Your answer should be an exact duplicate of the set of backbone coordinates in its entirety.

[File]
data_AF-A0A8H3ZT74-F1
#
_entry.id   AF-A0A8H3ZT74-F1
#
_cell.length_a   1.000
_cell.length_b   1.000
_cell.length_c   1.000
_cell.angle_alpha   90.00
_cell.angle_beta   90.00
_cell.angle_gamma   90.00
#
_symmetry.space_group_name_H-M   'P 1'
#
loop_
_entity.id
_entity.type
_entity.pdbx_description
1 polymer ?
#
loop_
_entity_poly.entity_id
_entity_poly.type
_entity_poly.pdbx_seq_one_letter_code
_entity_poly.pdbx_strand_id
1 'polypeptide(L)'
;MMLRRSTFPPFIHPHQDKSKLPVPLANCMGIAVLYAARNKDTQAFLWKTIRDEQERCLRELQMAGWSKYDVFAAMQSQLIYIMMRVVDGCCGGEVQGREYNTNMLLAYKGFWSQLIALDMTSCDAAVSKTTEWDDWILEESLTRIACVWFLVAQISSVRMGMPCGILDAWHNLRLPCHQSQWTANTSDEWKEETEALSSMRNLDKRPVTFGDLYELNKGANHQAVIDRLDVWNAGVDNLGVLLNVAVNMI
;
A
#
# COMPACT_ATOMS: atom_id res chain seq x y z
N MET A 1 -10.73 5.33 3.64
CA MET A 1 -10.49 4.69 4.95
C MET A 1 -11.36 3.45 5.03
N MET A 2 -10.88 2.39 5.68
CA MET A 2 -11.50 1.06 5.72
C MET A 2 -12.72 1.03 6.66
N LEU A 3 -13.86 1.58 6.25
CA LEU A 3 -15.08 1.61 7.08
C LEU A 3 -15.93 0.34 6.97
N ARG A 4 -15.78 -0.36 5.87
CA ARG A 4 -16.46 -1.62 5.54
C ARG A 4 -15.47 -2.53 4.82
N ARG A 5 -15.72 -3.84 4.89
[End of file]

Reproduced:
data_AF-A0A8H3ZT74-F1
#
_entry.id   AF-A0A8H3ZT74-F1
#
_cell.length_a   1.000
_cell.length_b   1.000
_cell.length_c   1.000
_cell.angle_alpha   90.00
_cell.angle_beta   90.00
_cell.angle_gamma   90.00
#
_symmetry.space_group_name_H-M   'P 1'
#
loop_
_entity.id
_entity.type
_entity.pdbx_description
1 polymer ?
#
loop_
_entity_poly.entity_id
_entity_poly.type
_entity_poly.pdbx_seq_one_letter_code
_entity_poly.pdbx_strand_id
1 'polypeptide(L)'
;MMLRRSTFPPFIHPHQDKSKLPVPLANCMGIAVLYAARNKDTQAFLWKTIRDEQERCLRELQMAGWSKYDVFAAMQSQLIYIMMRVVDGCCGGEVQGREYNTNMLLAYKGFWSQLIALDMTSCDAAVSKTTEWDDWILEESLTRIACVWFLVAQISSVRMGMPCGILDAWHNLRLPCHQSQWTANTSDEWKEETEALSSMRNLDKRPVTFGDLYELNKGANHQAVIDRLDVWNAGVDNLGVLLNVAVNMI
;
A
#
# COMPACT_ATOMS: atom_id res chain seq x y z
N MET A 1 -10.73 5.33 3.64
CA MET A 1 -10.49 4.69 4.95
C MET A 1 -11.36 3.45 5.03
N MET A 2 -10.88 2.39 5.68
CA MET A 2 -11.50 1.06 5.72
C MET A 2 -12.72 1.03 6.66
N LEU A 3 -13.86 1.58 6.25
CA LEU A 3 -15.08 1.61 7.08
C LEU A 3 -15.93 0.34 6.97
N ARG A 4 -15.78 -0.36 5.87
CA ARG A 4 -16.46 -1.62 5.54
C ARG A 4 -15.47 -2.53 4.82
N ARG A 5 -15.72 -3.84 4.89